The word around the courtsThe big news around the Qizhong tennis complex were the recent announcements made by two of the biggest names in tennis, Roger Federer and Novak Djokovic. A few weeks back, Federer pulled out of the Shanghai tournament, citing vague, nagging injuries that need rest, and Djokovic is continuing to nurse the back injury that has plagued him since his grueling US Open final victory over Rafael Nadal in the beginning of September. [pullquote]Many top pros are even discussing the possibility of forming a union of professional tennis players[/pullquote]For the last few months, there have been rumblings among the pros at press conferences and in interviews about shortening the relentless ATP (Association of Tennis Professionals) tour, and the absence of four out of the top 16 players (world No. 6 Robin Soderling and No. 9 Gael Monfils will also be sitting Shanghai out) at a tournament as important as the Shanghai Masters raises concerns about the long term effects of having such a busy schedule and so short an off season. Many top pros are even discussing the possibility of forming a union of professional tennis players, which they argue would allow for better player representation in an industry they feel is often driven by economics. But even with the absence of a few heavy hitters, the Shanghai Rolex Masters is fixing to be an exciting week. Between matches on the Grandstand Court, I spent some time wandering between the practice courts, and let me tell you, these guys are swinging. The real treat of the opening weekend was the lack of crowds, and the practice courts (the Shanghai Masters practice schedule is updated every morning, and you can find it on their website or posted at the information booths throughout the grounds) were easily accessible. The practice courts are located between the Heineken stand and the Grandstand Court at the other end of the complex. It's a great way to get up close and personal with the players and to get a feel for just how hard these guys hit the ball and how fast they move on the court. Even in practice, it really is something. It was, in a word, awesome.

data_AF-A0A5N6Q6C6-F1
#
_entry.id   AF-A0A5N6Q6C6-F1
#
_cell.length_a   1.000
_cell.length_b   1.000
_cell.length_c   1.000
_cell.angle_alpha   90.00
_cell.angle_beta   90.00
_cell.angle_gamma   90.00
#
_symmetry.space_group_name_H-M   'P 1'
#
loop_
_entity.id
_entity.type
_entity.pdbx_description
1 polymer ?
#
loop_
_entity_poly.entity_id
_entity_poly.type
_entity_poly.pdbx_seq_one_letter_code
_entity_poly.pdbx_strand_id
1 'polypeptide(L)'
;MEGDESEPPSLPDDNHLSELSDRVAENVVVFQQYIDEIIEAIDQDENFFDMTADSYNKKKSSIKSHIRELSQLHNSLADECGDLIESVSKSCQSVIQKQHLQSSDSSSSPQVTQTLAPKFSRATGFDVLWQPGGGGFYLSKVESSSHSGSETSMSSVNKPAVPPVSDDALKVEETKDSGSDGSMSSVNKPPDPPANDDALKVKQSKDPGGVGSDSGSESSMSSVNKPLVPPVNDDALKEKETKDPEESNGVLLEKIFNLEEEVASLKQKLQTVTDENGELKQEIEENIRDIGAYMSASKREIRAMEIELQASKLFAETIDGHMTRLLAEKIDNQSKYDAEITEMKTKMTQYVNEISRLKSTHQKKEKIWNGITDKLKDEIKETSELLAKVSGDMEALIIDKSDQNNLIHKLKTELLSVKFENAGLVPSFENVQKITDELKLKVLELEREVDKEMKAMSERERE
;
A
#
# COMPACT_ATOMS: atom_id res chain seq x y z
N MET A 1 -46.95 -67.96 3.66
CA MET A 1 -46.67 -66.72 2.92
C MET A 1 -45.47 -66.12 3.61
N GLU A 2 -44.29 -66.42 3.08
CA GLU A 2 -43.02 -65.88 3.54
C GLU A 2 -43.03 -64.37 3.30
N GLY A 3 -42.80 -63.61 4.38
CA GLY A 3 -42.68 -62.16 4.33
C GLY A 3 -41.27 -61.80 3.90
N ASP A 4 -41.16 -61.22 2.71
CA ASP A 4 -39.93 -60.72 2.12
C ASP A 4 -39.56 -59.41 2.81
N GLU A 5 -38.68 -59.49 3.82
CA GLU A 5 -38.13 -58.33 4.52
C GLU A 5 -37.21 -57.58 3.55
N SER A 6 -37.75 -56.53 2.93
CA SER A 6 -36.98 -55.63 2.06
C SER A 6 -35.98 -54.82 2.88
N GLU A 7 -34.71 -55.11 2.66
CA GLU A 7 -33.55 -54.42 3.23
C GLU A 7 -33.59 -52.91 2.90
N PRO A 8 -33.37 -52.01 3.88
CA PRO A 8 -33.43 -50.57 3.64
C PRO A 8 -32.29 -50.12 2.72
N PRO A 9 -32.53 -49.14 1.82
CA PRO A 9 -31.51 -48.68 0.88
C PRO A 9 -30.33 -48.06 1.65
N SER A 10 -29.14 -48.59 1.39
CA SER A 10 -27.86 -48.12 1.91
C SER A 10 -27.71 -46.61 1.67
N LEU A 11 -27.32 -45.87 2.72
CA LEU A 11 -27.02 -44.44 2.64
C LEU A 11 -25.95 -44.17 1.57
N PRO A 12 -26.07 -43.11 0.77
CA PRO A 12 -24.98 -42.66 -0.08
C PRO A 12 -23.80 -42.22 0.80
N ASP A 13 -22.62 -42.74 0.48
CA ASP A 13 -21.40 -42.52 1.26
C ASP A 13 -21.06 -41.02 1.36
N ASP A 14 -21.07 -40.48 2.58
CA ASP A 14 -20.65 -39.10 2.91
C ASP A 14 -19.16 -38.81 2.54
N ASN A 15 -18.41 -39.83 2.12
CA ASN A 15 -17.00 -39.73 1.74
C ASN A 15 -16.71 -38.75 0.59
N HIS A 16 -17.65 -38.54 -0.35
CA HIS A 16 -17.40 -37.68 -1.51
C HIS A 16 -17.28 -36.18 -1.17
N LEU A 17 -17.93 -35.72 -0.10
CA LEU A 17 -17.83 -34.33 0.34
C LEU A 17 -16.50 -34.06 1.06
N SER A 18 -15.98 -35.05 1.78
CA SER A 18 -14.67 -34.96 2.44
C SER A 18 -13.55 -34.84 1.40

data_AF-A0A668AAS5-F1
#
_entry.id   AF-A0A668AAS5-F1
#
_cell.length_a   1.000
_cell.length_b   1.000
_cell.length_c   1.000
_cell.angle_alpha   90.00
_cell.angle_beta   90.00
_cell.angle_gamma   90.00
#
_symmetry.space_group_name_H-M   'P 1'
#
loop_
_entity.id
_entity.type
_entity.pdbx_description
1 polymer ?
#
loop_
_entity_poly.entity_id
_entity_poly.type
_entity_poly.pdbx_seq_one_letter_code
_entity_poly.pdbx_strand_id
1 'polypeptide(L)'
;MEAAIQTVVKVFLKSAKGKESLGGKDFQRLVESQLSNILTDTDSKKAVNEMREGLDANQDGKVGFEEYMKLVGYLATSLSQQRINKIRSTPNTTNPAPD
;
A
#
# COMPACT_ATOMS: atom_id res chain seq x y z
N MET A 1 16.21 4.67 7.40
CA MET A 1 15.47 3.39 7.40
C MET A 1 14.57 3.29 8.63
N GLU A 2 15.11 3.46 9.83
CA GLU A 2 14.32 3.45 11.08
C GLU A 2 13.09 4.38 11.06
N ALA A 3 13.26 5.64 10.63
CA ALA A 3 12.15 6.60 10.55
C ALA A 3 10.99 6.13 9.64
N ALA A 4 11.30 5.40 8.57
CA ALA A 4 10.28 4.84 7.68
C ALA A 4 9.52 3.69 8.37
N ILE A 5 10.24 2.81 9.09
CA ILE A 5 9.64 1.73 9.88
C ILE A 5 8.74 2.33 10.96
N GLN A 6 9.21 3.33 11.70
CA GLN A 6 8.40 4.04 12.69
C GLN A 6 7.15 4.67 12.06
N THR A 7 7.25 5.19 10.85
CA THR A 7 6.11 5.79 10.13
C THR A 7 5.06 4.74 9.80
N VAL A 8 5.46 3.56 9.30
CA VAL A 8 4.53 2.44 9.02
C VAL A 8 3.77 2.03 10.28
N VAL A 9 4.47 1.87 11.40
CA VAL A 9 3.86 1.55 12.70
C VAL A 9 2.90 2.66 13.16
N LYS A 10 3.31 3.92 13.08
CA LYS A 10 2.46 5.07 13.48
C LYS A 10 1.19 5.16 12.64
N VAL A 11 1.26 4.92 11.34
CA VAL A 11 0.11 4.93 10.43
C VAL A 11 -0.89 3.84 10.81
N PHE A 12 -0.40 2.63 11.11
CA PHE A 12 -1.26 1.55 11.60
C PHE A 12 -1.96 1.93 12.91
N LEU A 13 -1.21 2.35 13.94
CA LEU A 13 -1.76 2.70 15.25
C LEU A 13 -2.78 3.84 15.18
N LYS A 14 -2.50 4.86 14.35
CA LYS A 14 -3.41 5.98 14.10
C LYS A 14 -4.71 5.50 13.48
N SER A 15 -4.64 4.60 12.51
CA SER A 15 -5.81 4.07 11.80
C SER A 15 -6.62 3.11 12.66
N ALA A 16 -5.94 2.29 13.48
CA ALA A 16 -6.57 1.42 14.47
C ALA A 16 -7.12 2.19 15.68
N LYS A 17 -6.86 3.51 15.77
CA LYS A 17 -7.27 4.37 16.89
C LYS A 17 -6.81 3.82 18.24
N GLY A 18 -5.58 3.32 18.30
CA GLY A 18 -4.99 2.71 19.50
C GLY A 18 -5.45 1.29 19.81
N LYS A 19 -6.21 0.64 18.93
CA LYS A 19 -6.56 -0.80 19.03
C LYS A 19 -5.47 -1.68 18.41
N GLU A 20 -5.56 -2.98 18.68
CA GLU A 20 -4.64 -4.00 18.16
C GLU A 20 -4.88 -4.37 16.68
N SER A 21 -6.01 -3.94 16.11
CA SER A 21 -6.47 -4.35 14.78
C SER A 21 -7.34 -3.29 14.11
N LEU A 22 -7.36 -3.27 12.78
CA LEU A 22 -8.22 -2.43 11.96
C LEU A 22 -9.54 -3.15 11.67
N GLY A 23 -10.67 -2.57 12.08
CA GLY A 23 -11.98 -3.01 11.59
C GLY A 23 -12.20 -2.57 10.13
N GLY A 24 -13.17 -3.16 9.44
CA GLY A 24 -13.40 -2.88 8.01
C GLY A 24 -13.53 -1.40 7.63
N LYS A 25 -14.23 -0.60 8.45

Who to watchMy favorite moment of the matches on Sunday was Donald Young's victory over Mikhail Zverev (6-3, 6-4) in the second round of the qualifying matches. Young, once the up and coming superstar of United States tennis, has struggled to convert his stellar junior performance into a successful career on the ATP tour (though the term 'successful' is a bit misleading; he is, by any measure, an incredibly successful young man. However, he was the No. 1 junior player in the world at the tender age of 16, and his professional career has been rocky, to say the least). But Young has had a strong 2011 and is looking better than ever. He finished in the round of 16 at the US Open, surprising a number of heavily favored contenders (including an epic five set victory over world No. 14 Stanislas Wawrinka), and just last week got to his first ATP finals in Thailand (he lost to Andy Murray in two sets). I, like many American tennis fans, will be watching Young this week with the hope that he can take this momentum to become a force for years to come. But Young has some serious competition. World No. 2 Rafael Nadal will be bringing the heat as he always does, and the Scotsman, Andy Murray, is coming off two recent tournament wins in Bangkok and Tokyo. Aging American powerhouse Andy Roddick has had an inconsistent 2011, including a shocking first round loss last week in Beijing at the China Open, but will remain a contender until the day he retires. Thomas Berdych won the China Open title last Sunday and will be looking to keep his momentum rolling here in Shanghai. And of course there is Jo-Wilfried Tsonga, David Ferrer, Mardy Fish, Nicolas Almagro, Gilles Simon... The list goes on. The moral here, ladies and gentlemen, is that if you can get down to the tournament, by all means do. The complex is a great place to spend the day, it's easy to get there, the beer is cheap, and most importantly, you will see some serious tennis.
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